New potty training method suggests that some infants can be toilet trained before their first birthday.
Recognizing the Cues continued...
Davidson likens elimination communication to how parents teach children to eat. "How do we know when a child needs to feed? We just have a sense and we feed them," she says.
"There's a nice logic to the elimination communication method," agrees Leslie Rubin, MD, a pediatrician at the Morehouse School of Medicine and Emory University School of Medicine, both in Atlanta. "If you become aware and sensitive to what the little ones are doing, you can respond accordingly. It may not be absolute because just like with feeding, sometimes you can't feed an infant when it's time to feed because for whatever reason, you might be distracted."
When to Potty Train
According to the American Academy of Pediatrics, there is no right age to toilet train a child. Readiness to begin toilet training depends on the individual child, the group states. But starting before age 2 (24 months) is not recommended as the readiness skills and physical development your child needs occur between age 18 months and 2.5 years. While the practice may sound like relative heresy in the U.S., it's embraced in at least 75 countries including India, Kenya, and Greenland.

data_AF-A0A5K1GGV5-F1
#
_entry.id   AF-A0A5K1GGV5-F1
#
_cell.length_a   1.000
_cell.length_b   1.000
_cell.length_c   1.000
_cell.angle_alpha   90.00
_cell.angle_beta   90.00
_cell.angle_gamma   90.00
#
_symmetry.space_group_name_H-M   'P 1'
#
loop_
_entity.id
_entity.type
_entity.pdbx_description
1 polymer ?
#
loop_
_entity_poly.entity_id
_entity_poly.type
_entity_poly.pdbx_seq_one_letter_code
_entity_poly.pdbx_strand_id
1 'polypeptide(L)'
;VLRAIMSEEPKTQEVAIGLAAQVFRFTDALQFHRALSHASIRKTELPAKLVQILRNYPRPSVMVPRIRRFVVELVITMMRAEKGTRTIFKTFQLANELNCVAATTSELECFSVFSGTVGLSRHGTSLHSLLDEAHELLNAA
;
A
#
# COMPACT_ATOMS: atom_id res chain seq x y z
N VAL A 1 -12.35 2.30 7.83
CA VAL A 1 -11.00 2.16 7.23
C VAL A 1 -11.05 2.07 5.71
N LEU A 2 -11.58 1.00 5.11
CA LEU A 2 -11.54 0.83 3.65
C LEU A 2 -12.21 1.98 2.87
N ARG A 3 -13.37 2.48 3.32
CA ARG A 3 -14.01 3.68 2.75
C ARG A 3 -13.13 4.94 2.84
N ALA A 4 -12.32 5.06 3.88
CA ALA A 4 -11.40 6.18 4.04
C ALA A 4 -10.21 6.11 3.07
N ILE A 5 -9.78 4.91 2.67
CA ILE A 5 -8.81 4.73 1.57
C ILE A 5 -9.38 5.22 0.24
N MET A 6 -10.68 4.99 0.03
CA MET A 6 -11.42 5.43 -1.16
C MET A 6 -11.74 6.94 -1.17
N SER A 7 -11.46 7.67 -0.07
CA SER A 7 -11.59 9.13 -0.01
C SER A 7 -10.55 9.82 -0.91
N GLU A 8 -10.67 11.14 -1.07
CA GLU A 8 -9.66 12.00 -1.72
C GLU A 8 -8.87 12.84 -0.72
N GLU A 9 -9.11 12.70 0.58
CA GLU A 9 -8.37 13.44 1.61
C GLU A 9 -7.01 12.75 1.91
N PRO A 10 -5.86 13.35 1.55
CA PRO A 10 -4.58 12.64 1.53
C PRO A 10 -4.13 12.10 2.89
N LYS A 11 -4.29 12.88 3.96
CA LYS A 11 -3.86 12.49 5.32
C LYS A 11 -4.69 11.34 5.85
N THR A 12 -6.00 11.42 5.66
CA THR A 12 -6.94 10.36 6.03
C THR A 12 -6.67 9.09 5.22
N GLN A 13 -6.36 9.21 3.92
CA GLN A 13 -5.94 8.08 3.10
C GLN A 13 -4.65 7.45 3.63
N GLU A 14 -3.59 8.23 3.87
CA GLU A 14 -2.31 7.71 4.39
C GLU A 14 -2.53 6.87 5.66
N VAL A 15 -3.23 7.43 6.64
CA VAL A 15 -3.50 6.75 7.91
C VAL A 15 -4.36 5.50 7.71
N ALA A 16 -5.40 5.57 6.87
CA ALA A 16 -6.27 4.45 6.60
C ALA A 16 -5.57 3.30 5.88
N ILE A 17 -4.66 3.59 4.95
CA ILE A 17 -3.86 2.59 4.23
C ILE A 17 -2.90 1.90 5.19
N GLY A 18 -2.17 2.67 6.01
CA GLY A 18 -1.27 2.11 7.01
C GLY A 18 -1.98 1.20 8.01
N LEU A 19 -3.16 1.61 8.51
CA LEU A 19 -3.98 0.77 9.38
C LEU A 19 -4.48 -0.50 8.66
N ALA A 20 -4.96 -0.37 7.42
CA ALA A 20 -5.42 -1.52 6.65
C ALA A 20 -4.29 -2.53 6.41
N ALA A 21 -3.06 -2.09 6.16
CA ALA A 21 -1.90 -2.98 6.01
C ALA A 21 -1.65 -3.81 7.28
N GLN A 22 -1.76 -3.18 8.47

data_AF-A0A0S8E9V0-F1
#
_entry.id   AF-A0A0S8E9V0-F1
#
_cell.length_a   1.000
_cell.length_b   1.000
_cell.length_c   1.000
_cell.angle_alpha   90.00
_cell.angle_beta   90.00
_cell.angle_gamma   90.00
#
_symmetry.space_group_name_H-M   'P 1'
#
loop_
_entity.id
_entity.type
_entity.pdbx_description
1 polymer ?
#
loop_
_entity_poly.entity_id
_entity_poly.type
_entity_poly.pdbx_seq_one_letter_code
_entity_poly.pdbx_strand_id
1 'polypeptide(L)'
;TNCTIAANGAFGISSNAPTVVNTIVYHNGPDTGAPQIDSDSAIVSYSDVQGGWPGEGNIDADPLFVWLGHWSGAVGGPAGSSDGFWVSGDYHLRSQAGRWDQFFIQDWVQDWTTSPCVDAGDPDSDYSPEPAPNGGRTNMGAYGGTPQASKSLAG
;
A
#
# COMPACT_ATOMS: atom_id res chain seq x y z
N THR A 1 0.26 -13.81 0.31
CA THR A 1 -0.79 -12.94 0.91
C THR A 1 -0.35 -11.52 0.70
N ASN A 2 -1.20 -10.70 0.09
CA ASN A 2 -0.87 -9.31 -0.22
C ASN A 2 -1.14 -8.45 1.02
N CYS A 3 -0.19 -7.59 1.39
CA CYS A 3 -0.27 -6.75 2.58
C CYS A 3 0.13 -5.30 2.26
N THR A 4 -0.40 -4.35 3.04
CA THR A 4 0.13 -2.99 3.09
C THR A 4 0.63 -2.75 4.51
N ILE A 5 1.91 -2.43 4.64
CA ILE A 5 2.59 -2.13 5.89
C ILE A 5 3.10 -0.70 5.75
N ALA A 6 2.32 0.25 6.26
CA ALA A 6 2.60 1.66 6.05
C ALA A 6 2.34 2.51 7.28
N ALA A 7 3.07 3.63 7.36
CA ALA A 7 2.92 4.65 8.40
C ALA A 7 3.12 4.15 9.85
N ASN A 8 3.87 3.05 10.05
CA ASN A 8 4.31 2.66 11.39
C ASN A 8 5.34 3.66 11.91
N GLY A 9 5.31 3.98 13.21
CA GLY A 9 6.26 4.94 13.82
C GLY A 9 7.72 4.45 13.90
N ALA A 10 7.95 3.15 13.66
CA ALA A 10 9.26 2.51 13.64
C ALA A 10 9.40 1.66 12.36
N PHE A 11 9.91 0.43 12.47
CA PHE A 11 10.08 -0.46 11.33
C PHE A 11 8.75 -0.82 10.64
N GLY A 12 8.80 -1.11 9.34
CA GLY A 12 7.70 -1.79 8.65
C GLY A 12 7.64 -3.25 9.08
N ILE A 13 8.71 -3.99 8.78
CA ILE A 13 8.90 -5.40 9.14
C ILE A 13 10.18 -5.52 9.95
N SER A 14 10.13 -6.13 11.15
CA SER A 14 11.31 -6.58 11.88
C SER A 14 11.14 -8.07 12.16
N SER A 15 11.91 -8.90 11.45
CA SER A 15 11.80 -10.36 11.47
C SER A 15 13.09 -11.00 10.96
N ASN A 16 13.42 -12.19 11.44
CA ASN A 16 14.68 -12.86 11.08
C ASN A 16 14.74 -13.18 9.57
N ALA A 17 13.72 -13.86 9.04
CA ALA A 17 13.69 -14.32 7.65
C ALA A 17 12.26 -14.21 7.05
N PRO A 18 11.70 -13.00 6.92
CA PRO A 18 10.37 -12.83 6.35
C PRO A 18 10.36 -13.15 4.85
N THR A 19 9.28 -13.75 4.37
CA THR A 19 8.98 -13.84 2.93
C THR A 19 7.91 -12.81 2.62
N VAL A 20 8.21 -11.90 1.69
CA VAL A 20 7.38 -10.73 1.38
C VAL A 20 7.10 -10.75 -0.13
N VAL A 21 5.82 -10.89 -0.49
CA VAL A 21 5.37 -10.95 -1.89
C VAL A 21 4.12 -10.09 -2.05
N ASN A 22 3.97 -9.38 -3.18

This type of elimination communication "takes place in cultures where there is a greater degree of intimacy between parents and infants," Rubin says. "If indeed what they are talking about is learning to read babies' signals, that's wonderful because there is no question the baby will have signals when it needs to [go to the bathroom]."
Not so Fast...
"Obviously it would be great to have kids learn to use the toilet by age 1," points out Andrea C.S. McCoy, MD, the medical director at Temple Pediatric Care in Philadelphia. "Unfortunately, their muscles and nerves are not mature enough to really be able to consistently hold urine and stool, relax to allow spontaneous voiding and stooling, and recognize the need to 'go.'"
McCoy says that her greatest concern is the unrealistic expectations that the parent may have as well as the potential for struggles around an issue that ultimately only the child can control. "In older children, we see voluntary withholding that leads to constipation, inappropriate soiling, and voiding dysfunction if they are pressured into toilet learning before they are ready," she tells WebMD. "The same difficulties are potential problems for the child under 1."
A recent study in Pediatrics showed that the average age for completing toileting in girls is about 32 months and in boys is about 35 months. "I think there are subsets within the population that successfully accomplish toileting at earlier ages (18-24 months), but the trend really continues to be between 2 and 3 years of age," she says. "A generation ago I believe there was the same push to early training, but as with many things, the pendulum swings."